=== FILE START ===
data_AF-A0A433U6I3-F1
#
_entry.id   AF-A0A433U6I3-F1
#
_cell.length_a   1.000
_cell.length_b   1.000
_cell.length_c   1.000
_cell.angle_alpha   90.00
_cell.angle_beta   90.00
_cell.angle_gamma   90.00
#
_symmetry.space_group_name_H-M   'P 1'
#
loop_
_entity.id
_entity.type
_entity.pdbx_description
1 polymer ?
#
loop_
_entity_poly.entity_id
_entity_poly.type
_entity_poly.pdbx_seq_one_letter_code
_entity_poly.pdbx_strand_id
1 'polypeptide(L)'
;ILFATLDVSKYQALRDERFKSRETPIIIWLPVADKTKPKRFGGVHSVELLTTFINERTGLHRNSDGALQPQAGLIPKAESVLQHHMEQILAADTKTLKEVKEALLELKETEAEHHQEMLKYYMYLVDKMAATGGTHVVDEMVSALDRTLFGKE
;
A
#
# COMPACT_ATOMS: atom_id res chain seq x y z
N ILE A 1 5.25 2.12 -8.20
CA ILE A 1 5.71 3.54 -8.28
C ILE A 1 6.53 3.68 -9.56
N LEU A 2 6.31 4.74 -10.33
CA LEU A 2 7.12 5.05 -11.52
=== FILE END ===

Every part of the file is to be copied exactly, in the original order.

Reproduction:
data_AF-A0A433U6I3-F1
#
_entry.id   AF-A0A433U6I3-F1
#
_cell.length_a   1.000
_cell.length_b   1.000
_cell.length_c   1.000
_cell.angle_alpha   90.00
_cell.angle_beta   90.00
_cell.angle_gamma   90.00
#
_symmetry.space_group_name_H-M   'P 1'
#
loop_
_entity.id
_entity.type
_entity.pdbx_description
1 polymer ?
#
loop_
_entity_poly.entity_id
_entity_poly.type
_entity_poly.pdbx_seq_one_letter_code
_entity_poly.pdbx_strand_id
1 'polypeptide(L)'
;ILFATLDVSKYQALRDERFKSRETPIIIWLPVADKTKPKRFGGVHSVELLTTFINERTGLHRNSDGALQPQAGLIPKAESVLQHHMEQILAADTKTLKEVKEALLELKETEAEHHQEMLKYYMYLVDKMAATGGTHVVDEMVSALDRTLFGKE
;
A
#
# COMPACT_ATOMS: atom_id res chain seq x y z
N ILE A 1 5.25 2.12 -8.20
CA ILE A 1 5.71 3.54 -8.28
C ILE A 1 6.53 3.68 -9.56
N LEU A 2 6.31 4.74 -10.33
CA LEU A 2 7.12 5.05 -11.52